Thus I forsook Wikipedia,
And took a look instead
At dead tree media.
You know, books. Ones that directly cited Frost's own views.
There are some indications the last line gave him trouble. Jay Panini writes: "The whole poem may have come to Frost in a flash, but he had great trouble with the last stanza. It was some time before he thought of solving the problem by simply repeating the last line." (p 209) Jeffrey Cramer says: "on the ending of the poem, Frost confessed that he had written the third line of the last stanza in a way that called for another stanza. Frost didn't want another and then was struck with the idea to repeat the line to close the poem." (p 79)
From Louis Mertins we have this quote about how the poem was composed:
"As I remember it, 'Stopping by Woods on a Snowy Evening' was written in just about that way, after I had been working all night long on 'New Hampshire.' But I must admit, it was written in a few minutes without any strain.Daniel Smythe quotes Frost on complicated interpretations:
Critics think I had that sort of all-night struggle before I could write the little poem I'm talking about. They must have heard me say, sometime or other, years back, that I wrote all night, in connection with 'Stopping by Woods.' But the thing I worked on all night had no struggle in it at all. It's in print, called 'New Hampshire.'. . .Then, having finished 'New Hampshire,' I went outdoors, got out sideways and didn't disturb anybody in the house, and about nine or ten o'clock went back in and wrote the piece about the snowy evening and the little horse as if I'd had an hallucination--little hallucination--the one critics write about occasionally. You can't trust these fellows who write what made a poet write what he wrote. We all of us read our pet theories into a poem." (Quoted in full by Cramer, p 77)
This is the one that gets into the anthologies more than any other. The greatest danger is that your mind will get too busy over a poem. You don't have to get busy at all - just let it alone. On the whole, it's kind of fun. You don't go to the circus to make a lot of discussion - you go to gape. There is nothing hard in that poem, but there is a busy-mindedness that makes people want to know about a little thing like that. What is there to know about it? Somebody wants to know what his name was. Will the woods really fill up? That is the way they treat it. They they write, 'Who was that going home that way at night?' Their teacher puts them up to it. (p 57)Reginald Cooke has a transcription of Frost responding to deathly interpretations:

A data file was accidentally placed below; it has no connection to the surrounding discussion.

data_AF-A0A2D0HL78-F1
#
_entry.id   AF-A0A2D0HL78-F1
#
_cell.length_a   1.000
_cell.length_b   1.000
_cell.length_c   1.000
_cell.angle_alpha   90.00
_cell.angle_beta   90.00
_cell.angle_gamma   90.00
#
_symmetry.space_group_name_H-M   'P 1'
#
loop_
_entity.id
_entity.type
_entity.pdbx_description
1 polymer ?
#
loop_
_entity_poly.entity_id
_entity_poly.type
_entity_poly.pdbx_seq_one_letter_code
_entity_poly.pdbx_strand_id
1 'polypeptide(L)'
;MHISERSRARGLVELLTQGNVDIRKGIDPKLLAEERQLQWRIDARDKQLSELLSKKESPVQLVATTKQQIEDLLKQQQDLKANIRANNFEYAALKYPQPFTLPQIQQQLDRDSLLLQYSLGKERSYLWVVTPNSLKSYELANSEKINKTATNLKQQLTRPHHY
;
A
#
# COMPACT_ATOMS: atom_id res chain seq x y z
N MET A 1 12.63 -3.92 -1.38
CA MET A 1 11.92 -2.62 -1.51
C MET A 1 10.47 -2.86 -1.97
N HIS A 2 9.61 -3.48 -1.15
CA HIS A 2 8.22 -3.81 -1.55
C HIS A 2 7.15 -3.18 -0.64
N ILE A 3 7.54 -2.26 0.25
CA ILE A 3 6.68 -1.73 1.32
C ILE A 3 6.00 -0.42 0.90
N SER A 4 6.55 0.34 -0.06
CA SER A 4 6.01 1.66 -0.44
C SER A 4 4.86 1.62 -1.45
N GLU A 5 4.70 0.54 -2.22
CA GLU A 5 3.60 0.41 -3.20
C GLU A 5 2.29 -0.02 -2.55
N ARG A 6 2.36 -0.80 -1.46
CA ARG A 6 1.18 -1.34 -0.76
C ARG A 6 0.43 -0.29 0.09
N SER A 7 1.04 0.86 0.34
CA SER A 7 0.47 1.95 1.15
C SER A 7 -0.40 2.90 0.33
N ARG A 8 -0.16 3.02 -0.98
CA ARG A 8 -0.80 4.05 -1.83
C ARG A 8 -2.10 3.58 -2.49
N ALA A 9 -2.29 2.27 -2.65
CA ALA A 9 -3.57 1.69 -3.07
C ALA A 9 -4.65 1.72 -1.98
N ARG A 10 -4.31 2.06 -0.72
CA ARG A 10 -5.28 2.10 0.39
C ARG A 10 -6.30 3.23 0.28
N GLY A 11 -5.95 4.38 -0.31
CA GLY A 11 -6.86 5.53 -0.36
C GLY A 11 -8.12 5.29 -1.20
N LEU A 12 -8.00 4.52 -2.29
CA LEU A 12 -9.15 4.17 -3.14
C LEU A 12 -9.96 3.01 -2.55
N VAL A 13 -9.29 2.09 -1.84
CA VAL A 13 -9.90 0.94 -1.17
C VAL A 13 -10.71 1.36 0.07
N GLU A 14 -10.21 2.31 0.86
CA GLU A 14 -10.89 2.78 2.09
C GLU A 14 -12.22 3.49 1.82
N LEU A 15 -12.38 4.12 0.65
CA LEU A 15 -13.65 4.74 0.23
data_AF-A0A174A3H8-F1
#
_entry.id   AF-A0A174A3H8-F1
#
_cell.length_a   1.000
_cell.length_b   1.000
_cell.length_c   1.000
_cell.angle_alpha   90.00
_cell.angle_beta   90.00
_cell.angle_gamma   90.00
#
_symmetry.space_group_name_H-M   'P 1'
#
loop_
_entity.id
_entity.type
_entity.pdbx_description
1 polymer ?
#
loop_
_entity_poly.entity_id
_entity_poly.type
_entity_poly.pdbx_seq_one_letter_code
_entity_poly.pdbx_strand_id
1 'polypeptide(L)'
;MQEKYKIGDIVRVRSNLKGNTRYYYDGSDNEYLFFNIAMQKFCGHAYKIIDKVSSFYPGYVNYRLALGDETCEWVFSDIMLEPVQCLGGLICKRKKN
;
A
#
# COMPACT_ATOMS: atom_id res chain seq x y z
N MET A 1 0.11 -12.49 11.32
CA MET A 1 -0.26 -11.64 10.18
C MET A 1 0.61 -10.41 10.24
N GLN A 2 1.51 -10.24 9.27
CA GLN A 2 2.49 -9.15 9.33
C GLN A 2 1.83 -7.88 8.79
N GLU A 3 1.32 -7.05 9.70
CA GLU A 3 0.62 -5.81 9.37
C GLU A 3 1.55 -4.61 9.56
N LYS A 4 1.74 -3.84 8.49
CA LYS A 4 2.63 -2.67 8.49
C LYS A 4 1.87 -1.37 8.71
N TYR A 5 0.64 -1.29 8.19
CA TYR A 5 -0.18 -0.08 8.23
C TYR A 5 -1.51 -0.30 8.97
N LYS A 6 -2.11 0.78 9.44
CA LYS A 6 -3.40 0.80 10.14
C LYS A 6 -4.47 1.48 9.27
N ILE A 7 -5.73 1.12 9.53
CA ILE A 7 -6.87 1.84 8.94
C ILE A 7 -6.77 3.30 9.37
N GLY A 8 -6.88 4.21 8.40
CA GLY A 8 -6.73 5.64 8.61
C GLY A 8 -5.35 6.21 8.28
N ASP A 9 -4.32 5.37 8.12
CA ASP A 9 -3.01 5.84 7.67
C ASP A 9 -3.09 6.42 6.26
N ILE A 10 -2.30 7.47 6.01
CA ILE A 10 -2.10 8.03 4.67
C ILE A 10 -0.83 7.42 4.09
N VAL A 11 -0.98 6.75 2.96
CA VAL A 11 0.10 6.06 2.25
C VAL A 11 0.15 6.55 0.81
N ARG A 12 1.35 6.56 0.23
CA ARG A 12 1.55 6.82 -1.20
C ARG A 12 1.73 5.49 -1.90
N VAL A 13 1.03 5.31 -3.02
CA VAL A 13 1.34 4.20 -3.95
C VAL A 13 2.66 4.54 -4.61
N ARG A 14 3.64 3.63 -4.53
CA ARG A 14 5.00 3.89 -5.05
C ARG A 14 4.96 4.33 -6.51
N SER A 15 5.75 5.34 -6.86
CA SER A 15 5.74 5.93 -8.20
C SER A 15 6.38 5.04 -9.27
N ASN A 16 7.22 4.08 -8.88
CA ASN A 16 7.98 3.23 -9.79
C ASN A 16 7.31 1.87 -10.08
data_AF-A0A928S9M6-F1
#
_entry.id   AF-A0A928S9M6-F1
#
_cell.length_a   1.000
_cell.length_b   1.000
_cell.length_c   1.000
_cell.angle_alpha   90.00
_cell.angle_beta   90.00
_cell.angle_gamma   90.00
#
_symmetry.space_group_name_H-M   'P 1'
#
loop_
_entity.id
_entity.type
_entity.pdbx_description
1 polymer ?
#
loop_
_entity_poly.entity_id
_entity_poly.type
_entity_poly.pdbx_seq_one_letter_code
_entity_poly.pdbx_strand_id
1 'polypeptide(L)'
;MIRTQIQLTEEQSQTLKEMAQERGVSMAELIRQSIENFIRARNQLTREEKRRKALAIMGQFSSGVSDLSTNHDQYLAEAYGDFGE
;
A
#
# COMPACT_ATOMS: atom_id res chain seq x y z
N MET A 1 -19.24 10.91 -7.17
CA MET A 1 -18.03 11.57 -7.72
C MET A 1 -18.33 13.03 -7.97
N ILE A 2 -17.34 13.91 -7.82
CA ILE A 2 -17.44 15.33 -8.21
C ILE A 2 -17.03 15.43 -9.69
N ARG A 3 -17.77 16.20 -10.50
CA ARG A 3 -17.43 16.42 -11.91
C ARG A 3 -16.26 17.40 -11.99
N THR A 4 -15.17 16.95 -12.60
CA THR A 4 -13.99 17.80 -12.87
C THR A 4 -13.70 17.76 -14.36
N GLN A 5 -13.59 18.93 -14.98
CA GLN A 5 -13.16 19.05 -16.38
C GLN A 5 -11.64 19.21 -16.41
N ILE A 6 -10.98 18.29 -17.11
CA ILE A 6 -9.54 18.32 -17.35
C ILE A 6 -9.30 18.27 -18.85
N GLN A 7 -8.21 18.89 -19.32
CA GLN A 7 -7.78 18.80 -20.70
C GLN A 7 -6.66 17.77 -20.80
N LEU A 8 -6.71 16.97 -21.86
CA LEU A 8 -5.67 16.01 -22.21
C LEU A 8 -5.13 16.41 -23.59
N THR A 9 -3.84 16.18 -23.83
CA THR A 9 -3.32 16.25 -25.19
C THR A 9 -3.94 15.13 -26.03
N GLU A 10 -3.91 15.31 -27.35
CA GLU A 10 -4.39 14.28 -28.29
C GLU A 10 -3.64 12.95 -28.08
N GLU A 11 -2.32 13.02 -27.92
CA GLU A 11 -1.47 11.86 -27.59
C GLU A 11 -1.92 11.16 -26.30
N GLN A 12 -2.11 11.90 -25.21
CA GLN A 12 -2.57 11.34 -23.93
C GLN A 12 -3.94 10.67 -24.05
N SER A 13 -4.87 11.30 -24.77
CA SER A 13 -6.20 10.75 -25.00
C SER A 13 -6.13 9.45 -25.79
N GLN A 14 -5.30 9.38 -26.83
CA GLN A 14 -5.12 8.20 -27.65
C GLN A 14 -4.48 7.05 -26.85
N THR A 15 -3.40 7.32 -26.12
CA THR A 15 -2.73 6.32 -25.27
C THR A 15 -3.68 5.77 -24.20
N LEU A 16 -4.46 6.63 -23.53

I believe Ciardi and others have said- some people have said - it's a suicide poem. That's going some. But he thinks it's a death poem. And you can see how you could say: "Life is lovely, dark and deep." See. "But I have promises to keep. I have heaven to go to, you know." Like that. You could do that. That analogy's in it. Many others. You say, just as I could right now: this is a lovely dark and dep situation, but I've got something [else], I ought to teach a class tomorrow, or something like that. Promises to keep. Company of an evening. One o'clock in the morning - two o'clock. An appropriate thing to say - that stanza is lovely, dark and deep, but I've got to be getting along. And it doesn't mean that you're going to do anything bad. Sounds rather good to me. I can see that someone might turn it the other way, like the old saying, "I used to be afraid to go home inthe dark, but now I'm afraid to go home at all." [Laughter] They think it's like that. And all this metaphorical play and all! (p 123)Of course, this just addresses
The question of what the poet confesses
Consciously about his work.
Maybe hidden meanings lurk
That he won't admit or doesn't know
Deep in the drift of falling snow.
But I've already written too much, I fear,
So I'm "Stopping" here.